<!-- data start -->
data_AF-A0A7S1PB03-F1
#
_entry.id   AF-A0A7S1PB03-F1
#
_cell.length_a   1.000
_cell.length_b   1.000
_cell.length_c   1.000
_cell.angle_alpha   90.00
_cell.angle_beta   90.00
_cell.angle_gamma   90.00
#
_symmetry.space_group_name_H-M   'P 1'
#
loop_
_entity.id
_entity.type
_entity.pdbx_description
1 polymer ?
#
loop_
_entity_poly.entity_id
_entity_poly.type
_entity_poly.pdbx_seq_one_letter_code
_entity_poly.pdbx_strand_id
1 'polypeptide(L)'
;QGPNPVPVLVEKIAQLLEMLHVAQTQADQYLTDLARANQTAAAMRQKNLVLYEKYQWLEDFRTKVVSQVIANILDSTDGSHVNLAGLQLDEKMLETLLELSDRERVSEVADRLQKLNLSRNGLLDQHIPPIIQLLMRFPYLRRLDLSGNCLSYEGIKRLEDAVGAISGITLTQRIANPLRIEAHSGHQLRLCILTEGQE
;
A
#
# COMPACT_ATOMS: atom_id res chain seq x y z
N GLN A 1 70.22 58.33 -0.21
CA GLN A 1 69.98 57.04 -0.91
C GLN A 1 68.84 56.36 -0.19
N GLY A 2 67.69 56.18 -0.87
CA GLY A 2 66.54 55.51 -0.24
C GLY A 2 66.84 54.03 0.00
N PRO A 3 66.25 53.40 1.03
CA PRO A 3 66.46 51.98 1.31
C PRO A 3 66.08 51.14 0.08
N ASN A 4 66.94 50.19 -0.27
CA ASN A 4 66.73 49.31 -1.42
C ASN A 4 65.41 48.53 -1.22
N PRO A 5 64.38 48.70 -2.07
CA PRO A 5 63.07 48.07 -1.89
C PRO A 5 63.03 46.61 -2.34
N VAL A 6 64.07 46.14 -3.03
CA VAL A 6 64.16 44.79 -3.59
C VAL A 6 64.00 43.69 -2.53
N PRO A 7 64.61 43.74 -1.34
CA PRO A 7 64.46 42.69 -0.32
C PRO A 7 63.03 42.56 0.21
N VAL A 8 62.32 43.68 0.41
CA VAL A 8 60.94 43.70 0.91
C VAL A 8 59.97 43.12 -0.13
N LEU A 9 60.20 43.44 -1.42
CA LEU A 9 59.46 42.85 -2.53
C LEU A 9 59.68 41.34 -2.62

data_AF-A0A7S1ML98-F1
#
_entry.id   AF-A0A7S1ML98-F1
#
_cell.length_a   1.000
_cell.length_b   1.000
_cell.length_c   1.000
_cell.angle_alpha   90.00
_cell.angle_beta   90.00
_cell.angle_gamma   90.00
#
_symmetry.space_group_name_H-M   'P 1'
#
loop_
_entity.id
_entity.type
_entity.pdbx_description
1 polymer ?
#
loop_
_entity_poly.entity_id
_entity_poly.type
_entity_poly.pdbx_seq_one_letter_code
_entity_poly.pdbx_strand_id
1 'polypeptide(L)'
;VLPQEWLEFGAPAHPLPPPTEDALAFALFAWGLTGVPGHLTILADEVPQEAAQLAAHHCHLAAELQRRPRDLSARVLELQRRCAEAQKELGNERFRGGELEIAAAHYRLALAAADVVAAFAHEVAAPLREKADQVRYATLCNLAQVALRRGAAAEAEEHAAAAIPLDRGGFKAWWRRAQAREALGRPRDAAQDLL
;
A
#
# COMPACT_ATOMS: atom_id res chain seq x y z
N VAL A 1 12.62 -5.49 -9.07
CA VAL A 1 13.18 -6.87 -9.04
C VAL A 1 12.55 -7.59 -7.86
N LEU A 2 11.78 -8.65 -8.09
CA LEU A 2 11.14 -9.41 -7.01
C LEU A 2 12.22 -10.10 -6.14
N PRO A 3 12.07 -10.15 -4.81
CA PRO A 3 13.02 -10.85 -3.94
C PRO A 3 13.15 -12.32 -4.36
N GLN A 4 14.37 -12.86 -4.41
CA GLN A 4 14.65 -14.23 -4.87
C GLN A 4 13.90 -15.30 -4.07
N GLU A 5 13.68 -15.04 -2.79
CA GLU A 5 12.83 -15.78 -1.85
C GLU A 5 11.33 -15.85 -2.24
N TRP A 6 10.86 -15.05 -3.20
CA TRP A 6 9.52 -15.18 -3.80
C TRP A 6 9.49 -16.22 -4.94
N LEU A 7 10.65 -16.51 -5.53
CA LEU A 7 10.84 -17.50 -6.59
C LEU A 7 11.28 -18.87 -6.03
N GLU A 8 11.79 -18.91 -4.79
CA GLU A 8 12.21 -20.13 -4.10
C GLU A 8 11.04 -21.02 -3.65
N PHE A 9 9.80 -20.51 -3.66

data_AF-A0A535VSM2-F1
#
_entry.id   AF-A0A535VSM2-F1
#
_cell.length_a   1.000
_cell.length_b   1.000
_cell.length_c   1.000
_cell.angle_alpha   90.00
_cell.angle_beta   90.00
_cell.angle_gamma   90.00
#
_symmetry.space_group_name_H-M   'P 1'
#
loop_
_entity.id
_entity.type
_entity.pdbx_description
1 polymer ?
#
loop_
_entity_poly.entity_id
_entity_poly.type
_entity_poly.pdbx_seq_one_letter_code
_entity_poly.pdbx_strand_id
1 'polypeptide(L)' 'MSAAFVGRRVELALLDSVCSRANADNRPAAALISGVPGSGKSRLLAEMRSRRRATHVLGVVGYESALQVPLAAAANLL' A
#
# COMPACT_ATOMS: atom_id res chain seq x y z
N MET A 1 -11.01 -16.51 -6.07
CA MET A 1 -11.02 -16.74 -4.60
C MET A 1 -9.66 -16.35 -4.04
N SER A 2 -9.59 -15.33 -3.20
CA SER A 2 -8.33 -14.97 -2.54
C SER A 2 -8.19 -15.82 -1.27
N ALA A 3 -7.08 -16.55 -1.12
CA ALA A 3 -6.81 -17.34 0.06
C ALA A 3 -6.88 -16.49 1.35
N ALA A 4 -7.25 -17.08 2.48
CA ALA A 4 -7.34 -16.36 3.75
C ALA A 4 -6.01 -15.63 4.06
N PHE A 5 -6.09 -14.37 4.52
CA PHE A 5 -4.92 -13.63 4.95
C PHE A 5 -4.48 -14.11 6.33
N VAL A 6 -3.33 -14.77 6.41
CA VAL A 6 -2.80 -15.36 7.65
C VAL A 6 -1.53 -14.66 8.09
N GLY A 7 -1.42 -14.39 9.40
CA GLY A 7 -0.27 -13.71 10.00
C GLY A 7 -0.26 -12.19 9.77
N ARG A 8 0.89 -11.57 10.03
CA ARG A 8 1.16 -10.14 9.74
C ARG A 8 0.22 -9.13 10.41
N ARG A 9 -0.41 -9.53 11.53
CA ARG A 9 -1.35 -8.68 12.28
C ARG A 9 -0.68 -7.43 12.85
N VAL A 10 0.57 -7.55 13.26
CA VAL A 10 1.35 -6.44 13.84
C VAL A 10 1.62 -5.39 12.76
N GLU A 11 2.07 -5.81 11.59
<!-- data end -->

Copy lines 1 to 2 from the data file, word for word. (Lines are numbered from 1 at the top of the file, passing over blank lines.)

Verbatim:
data_AF-A0A7S1PB03-F1
#